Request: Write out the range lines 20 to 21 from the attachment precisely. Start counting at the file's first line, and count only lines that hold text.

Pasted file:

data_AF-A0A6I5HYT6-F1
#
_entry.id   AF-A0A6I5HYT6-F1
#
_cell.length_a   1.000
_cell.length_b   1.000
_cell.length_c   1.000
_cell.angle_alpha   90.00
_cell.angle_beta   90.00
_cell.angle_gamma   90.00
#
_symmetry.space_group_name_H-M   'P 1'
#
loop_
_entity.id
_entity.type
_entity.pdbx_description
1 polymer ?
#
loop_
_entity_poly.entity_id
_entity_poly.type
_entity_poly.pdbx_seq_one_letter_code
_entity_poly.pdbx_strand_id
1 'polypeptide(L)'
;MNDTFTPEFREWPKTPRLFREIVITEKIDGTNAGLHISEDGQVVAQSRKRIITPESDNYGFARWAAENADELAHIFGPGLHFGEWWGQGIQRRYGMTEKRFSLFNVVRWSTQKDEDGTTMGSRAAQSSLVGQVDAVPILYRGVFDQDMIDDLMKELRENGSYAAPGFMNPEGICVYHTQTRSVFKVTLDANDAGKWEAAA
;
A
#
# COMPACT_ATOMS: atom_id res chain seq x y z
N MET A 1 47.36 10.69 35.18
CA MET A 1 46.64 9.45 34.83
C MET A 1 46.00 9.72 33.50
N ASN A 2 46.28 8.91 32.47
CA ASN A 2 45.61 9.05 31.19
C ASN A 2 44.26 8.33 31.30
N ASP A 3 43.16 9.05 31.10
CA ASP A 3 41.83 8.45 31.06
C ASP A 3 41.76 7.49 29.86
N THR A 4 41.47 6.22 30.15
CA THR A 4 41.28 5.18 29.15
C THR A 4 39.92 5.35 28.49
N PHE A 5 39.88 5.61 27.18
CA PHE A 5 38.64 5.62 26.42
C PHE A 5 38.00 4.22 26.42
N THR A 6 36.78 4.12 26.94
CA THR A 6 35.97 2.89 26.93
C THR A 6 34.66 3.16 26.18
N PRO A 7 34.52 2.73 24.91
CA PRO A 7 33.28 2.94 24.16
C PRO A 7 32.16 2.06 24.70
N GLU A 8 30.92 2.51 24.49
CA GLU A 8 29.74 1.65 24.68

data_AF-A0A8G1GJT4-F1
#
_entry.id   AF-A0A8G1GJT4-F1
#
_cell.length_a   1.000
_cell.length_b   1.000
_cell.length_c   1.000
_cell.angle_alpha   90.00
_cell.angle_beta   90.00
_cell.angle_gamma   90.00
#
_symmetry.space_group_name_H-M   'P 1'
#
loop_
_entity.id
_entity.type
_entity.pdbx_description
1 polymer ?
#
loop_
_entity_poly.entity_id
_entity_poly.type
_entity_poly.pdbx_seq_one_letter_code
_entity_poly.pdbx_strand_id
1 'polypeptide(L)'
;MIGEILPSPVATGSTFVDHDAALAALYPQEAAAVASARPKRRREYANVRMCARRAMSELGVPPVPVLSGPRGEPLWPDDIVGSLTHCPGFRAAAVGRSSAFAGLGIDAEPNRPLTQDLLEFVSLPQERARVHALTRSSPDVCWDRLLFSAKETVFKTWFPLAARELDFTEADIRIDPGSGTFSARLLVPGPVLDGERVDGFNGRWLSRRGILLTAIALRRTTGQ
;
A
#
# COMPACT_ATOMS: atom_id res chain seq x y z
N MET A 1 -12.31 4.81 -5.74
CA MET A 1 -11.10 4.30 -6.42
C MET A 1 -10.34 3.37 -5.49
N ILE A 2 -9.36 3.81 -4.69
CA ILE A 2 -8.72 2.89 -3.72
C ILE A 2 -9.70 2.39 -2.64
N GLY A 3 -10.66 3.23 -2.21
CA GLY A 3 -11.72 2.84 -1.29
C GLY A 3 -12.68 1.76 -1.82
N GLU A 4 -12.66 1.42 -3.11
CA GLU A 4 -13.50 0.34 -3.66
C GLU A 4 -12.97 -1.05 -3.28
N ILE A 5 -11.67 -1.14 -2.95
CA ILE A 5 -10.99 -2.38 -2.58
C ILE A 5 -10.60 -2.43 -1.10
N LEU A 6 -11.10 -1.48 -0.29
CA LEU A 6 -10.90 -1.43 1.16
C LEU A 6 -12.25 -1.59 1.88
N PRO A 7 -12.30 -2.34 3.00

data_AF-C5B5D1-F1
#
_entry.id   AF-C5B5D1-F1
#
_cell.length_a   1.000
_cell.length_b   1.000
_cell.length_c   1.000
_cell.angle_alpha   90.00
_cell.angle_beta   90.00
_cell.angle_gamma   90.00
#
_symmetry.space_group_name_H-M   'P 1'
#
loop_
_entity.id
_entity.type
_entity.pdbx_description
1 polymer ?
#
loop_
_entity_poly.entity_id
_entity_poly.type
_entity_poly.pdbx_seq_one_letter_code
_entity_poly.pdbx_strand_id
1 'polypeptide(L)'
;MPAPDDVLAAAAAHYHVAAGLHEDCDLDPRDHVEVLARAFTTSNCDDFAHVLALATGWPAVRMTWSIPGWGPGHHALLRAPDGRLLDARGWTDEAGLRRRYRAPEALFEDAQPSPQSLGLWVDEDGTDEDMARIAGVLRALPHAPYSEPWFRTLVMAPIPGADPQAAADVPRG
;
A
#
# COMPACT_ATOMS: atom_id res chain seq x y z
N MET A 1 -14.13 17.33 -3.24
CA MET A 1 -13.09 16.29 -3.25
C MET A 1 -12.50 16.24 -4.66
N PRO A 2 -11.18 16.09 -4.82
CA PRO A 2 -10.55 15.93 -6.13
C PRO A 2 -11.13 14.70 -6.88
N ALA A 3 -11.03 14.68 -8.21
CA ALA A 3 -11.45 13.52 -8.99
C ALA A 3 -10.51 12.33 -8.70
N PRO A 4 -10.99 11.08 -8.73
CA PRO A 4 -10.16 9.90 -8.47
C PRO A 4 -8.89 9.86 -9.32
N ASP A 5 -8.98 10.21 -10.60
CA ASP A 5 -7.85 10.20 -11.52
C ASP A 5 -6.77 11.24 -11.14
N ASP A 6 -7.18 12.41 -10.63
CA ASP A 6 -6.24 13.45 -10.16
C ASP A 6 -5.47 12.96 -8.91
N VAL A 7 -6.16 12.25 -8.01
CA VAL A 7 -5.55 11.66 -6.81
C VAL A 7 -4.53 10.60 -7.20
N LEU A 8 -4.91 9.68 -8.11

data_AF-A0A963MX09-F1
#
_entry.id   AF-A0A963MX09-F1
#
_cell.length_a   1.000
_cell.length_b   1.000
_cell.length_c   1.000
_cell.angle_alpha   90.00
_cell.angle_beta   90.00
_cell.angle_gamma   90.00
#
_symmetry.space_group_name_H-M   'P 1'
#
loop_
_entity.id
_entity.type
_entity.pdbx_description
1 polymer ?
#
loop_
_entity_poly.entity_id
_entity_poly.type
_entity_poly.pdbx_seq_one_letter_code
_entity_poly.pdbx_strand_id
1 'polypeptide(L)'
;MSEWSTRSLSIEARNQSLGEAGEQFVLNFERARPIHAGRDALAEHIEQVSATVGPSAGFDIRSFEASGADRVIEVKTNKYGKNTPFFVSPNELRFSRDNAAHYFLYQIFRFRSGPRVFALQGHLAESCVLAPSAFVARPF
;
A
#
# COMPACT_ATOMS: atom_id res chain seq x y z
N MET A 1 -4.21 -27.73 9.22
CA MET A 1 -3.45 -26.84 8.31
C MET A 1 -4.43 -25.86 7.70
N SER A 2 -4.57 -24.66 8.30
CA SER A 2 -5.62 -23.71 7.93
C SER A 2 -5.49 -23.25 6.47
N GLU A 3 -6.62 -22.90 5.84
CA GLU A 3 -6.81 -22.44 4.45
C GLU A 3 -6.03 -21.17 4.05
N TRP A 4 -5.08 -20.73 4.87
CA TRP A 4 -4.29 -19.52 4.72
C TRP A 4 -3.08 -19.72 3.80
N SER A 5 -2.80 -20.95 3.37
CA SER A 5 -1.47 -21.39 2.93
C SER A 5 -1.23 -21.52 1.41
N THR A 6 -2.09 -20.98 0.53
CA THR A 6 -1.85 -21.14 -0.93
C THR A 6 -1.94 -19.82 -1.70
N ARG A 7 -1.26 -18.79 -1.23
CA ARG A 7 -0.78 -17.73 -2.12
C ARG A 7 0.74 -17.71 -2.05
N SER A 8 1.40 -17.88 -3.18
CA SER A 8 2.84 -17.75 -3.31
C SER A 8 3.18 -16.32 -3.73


loop_
_entity_poly.entity_id